Safe Internal Meat Cooking Temperatures
Meat Hacks: Safe Internal Meat Cooking Temperatures
Learn what internal temperature to cook meat to for a safe meat product with Walton's and Meatgistics. Watch the video, read the guide, and then post your questions or comments below.
The guidelines to use when cooking meat products comes from Food Safety and Inspection Service (FSIS) and the United States Department of Agriculture (USDA) in what is known as Appendix A or their Safe Minimum Internal Temperature Chart. Appendix A from FSIS gives us a temperature to cook meat to and how long the meat needs to stay at that temperature to kill a certain amount of bacteria. 160 degrees Fahrenheit is what is typically offered as the suggested cooking temp for many meat products because at 160 degrees, lethality of a bacteria like Salmonella is instant. However, you can still safely cook to a temperature of only 140 degrees, but you must maintain that temperature for 12 minutes. There will be a link in the description below to the full chart in Appendix A from FSIS.
FSIS and the USDA also has a Safe Minimum Internal Temperature Chart, which gives us very simple recommendations for a variety of products. We should cook beef, pork, ham, veal, and lamb that is in steaks, chops, roasts, and other whole muscle cuts to 145 degrees and let rest for 3 minutes. For all ground meats (and things like hamburgers, brats, and hot dogs), you should cook to 160 degrees. Switching gears to poultry, all chicken, turkey, or other birds should be cooked to 165 degrees. A minimum of 165 degrees also applies to reheating and cooking leftovers. If you are cooking eggs, they only need to be cooked to 160 degrees, and finally, fish and shellfish only need to be cooked to a 145 degree temp.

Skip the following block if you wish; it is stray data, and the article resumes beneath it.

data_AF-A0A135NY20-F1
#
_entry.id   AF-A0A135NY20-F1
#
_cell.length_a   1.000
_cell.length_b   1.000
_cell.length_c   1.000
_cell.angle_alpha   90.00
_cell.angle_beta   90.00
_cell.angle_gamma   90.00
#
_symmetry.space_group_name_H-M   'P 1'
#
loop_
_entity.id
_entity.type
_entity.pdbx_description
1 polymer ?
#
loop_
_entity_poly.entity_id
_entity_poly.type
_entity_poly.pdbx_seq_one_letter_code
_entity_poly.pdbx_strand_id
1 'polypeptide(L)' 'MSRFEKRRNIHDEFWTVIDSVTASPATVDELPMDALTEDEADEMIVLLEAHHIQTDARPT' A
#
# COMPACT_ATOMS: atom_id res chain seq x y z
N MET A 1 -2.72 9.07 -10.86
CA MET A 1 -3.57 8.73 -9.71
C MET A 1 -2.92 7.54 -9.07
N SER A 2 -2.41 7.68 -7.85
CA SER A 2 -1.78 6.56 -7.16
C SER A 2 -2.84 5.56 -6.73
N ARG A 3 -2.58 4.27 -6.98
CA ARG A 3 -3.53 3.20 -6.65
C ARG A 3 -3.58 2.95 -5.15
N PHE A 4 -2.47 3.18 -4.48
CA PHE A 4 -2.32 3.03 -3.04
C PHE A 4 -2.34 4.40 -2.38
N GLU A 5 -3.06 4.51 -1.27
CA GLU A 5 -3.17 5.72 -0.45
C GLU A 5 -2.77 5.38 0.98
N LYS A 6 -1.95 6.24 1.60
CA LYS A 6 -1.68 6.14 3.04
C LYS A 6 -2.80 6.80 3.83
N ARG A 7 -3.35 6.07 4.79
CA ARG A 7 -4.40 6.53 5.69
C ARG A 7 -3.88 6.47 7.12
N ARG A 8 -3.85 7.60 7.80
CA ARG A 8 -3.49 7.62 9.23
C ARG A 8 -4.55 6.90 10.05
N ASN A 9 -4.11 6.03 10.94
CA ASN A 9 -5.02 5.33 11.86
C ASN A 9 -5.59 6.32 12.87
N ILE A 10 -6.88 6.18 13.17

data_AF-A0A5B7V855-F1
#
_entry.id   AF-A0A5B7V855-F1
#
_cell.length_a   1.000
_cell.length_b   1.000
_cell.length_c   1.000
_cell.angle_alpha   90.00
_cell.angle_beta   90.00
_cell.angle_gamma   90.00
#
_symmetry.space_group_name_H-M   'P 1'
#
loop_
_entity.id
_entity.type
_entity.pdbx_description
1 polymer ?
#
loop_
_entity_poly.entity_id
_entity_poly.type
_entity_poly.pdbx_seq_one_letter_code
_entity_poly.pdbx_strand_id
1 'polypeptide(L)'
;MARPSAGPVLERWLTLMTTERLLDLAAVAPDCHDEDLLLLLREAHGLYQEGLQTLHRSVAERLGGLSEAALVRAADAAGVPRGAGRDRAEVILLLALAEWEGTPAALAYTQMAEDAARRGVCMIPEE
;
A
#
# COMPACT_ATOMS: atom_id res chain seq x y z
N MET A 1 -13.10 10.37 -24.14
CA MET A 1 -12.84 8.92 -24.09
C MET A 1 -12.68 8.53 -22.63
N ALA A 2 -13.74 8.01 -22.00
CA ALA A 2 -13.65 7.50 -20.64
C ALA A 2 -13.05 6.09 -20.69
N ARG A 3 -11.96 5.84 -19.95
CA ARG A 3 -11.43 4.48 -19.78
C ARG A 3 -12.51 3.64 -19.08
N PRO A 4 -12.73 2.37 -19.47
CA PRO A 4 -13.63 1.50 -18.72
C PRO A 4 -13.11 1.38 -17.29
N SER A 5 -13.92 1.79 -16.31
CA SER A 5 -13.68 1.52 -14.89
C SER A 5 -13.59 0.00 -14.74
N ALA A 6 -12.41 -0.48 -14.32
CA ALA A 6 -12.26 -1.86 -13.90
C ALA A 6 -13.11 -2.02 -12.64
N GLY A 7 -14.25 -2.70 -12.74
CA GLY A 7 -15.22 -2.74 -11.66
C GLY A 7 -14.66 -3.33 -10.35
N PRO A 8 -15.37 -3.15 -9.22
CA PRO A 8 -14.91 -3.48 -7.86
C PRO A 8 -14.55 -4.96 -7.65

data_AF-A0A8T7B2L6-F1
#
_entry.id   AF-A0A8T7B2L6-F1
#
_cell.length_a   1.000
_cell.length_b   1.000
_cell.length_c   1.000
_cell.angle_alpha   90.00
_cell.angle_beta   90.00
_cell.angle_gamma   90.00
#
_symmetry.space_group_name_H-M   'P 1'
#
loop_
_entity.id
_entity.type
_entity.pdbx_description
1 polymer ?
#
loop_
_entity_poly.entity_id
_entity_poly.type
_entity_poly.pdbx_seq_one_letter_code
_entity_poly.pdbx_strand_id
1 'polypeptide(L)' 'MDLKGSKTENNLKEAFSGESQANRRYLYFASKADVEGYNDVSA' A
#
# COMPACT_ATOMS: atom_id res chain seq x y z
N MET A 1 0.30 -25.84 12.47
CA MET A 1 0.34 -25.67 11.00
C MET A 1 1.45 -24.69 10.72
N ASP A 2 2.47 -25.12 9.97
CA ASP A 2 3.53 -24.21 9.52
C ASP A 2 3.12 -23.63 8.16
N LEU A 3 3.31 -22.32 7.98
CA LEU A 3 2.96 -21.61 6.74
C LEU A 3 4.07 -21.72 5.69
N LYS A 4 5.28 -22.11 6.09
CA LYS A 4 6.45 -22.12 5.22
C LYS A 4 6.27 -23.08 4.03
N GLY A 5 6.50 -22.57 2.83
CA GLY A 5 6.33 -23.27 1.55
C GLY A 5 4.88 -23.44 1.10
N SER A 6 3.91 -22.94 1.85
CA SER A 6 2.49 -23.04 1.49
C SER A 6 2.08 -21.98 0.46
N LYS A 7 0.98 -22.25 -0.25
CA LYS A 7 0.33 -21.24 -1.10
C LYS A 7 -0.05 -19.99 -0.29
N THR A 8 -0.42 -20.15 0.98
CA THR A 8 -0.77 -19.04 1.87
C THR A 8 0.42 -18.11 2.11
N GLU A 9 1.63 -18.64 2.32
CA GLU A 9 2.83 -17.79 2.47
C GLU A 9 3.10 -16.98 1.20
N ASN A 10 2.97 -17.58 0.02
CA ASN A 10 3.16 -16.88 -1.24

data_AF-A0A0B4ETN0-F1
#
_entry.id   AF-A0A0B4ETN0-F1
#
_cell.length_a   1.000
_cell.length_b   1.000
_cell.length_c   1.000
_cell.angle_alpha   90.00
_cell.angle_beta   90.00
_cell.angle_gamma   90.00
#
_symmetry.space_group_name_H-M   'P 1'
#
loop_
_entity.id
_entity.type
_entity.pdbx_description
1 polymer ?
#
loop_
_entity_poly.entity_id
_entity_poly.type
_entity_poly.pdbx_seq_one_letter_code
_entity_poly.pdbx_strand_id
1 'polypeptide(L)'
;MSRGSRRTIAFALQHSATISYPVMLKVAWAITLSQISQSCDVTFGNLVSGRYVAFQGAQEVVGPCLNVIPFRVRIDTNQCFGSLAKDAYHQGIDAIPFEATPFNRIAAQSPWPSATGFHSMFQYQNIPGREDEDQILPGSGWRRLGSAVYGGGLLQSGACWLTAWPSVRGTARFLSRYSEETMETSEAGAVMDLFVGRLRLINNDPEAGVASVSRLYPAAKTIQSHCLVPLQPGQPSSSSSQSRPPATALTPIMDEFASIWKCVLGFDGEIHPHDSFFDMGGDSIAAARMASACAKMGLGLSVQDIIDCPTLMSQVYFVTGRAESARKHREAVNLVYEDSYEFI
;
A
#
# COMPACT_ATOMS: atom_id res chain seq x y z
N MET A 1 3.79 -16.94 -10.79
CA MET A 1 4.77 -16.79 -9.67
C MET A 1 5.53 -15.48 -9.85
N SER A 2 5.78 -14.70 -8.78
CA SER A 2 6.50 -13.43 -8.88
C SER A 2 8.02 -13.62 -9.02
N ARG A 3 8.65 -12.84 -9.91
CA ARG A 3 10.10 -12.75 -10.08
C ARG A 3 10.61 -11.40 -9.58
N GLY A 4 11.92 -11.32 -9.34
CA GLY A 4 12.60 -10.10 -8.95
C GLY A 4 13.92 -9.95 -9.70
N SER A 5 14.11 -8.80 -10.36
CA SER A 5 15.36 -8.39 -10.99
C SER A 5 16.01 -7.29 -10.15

People do have a tendency to under-cook beef and over-cook pork and chicken, but if you follow the guidelines from FSIS and the USDA, and use a meat thermometer when cooking, you can make sure you are making a safe product and you are doing it consistently every single time!
FSIS Appendix A
Safe Minimum Internal Temperature Chart
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@Ernie I don’t have a particular recipe but I did make brats with ‘The Sausage King of Walla Walla’ using Walla Walla Sweet Onion juice. He was a notorious sausage maker in my area and only made one type…Sweet Onion. For small batches he would grate or mince the onions fine and squeeze out the excess water and use that for flavoring. Larger batches he would source the liquid from processors.
I would suggest using one of the Excalibur brat seasonings as a base and play around with the juice.
very nice, you look a little twisted lol